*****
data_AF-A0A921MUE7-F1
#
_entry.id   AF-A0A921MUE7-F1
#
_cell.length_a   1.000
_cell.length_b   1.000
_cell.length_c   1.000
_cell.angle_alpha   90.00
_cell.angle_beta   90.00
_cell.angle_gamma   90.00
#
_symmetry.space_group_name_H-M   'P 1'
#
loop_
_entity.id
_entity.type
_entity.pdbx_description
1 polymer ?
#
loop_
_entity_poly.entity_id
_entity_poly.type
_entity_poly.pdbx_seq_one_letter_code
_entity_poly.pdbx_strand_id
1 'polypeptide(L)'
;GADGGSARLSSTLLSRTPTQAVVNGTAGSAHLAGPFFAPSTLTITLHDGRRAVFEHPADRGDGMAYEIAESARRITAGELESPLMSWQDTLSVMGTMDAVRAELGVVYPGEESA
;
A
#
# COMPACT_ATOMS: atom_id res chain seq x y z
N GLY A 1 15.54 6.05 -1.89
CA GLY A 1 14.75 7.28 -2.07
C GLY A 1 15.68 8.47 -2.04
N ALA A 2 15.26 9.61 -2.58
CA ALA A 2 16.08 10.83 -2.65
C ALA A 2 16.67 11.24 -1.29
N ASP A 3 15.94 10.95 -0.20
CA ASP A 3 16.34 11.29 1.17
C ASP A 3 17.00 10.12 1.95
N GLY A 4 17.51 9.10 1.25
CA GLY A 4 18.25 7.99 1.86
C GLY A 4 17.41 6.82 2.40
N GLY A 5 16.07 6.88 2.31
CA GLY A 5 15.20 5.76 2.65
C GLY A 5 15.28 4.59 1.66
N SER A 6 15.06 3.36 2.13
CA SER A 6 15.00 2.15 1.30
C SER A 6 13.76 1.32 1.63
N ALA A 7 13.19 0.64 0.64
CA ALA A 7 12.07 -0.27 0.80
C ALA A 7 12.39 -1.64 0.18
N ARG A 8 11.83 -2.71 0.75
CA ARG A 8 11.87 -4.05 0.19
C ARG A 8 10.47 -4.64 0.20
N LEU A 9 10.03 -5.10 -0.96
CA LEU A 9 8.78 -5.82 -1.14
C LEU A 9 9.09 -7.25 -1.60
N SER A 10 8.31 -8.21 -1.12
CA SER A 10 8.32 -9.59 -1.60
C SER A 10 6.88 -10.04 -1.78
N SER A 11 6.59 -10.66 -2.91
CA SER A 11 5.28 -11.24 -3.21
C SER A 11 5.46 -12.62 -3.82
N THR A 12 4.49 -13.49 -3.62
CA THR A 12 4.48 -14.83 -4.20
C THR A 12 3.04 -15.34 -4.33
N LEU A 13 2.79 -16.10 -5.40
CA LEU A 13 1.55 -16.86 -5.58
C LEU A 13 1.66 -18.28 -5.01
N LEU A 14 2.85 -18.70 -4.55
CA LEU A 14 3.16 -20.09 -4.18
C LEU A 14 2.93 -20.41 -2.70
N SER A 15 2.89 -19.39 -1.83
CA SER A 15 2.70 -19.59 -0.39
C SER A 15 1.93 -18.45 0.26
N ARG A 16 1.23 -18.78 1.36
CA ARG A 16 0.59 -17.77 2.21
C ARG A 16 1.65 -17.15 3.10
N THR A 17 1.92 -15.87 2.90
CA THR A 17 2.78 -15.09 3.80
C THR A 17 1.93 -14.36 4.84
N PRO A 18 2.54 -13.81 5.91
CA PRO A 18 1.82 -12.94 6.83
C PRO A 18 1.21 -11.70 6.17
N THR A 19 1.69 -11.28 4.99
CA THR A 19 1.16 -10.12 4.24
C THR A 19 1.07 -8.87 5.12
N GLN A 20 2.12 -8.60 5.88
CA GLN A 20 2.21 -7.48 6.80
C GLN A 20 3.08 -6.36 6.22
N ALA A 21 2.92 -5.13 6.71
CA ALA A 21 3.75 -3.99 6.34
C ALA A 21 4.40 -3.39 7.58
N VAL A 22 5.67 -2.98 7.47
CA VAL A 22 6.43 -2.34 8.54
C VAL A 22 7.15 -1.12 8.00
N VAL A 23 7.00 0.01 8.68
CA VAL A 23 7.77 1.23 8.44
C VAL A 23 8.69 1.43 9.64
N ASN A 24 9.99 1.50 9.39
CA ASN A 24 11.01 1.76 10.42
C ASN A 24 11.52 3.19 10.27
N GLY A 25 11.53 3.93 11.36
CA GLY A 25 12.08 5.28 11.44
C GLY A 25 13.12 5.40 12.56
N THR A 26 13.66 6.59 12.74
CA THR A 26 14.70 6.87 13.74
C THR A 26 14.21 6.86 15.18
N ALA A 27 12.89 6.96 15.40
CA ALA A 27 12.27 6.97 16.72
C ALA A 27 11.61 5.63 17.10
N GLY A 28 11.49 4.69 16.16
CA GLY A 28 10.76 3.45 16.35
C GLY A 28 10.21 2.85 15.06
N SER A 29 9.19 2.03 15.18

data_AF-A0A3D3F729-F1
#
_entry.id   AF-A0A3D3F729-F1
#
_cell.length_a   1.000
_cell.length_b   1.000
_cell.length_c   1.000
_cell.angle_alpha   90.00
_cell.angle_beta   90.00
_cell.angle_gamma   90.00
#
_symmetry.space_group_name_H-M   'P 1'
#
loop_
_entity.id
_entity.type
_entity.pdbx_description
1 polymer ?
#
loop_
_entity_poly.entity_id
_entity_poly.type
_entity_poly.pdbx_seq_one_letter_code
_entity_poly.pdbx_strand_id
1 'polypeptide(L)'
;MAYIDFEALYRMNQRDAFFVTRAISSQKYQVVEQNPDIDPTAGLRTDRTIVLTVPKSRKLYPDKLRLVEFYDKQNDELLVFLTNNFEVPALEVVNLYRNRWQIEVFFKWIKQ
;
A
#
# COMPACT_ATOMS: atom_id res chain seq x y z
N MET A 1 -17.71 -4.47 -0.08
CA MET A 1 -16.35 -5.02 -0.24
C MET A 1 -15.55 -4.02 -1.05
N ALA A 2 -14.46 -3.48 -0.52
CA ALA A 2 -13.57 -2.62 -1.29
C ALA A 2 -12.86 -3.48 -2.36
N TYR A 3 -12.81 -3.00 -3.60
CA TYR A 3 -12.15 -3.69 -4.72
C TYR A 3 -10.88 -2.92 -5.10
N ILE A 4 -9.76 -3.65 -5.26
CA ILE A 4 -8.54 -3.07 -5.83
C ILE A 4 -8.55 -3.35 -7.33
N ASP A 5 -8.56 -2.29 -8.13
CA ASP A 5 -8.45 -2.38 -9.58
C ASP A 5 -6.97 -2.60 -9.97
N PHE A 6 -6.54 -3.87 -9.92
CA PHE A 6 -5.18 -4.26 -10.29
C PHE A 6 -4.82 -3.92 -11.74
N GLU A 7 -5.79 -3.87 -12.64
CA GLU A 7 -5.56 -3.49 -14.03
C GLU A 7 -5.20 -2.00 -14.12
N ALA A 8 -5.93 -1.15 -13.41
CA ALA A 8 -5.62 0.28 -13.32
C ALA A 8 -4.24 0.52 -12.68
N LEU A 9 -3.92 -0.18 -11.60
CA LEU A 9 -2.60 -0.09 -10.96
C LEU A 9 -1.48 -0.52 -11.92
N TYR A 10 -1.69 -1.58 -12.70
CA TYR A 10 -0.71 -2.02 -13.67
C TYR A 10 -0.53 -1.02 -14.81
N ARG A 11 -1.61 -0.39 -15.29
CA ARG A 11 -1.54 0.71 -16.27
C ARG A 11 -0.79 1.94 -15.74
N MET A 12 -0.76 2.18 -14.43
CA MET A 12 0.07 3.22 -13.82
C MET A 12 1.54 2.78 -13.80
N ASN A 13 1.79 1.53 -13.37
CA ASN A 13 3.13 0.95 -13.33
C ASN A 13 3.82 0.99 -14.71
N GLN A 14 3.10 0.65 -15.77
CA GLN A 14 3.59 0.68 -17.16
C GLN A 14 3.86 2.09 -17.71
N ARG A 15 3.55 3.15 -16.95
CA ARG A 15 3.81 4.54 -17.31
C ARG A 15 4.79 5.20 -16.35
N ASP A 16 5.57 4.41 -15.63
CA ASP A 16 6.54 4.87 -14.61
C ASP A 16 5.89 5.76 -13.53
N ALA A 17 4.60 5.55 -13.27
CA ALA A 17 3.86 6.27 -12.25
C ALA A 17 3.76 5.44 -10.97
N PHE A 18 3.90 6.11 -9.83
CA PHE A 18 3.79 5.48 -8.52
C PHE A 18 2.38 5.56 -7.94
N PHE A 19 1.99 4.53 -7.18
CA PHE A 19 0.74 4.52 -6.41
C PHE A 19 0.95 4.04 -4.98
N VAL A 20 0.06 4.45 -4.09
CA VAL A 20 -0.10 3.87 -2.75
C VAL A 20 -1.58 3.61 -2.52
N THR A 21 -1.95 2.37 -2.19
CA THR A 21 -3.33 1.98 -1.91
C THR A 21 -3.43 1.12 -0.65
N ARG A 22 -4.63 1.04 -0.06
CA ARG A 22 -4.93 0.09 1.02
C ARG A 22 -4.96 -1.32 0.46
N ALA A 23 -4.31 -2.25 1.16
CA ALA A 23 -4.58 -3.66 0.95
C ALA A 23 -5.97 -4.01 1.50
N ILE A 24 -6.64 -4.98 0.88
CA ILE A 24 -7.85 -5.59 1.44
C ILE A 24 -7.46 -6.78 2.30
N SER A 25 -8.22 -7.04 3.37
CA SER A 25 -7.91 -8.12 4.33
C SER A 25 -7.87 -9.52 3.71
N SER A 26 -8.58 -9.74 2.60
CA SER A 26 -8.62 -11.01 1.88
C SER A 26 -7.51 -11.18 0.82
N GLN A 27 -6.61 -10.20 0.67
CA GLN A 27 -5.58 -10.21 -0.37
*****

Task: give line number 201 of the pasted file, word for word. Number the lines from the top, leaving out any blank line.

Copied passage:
CA PHE A 19 0.74 4.52 -6.41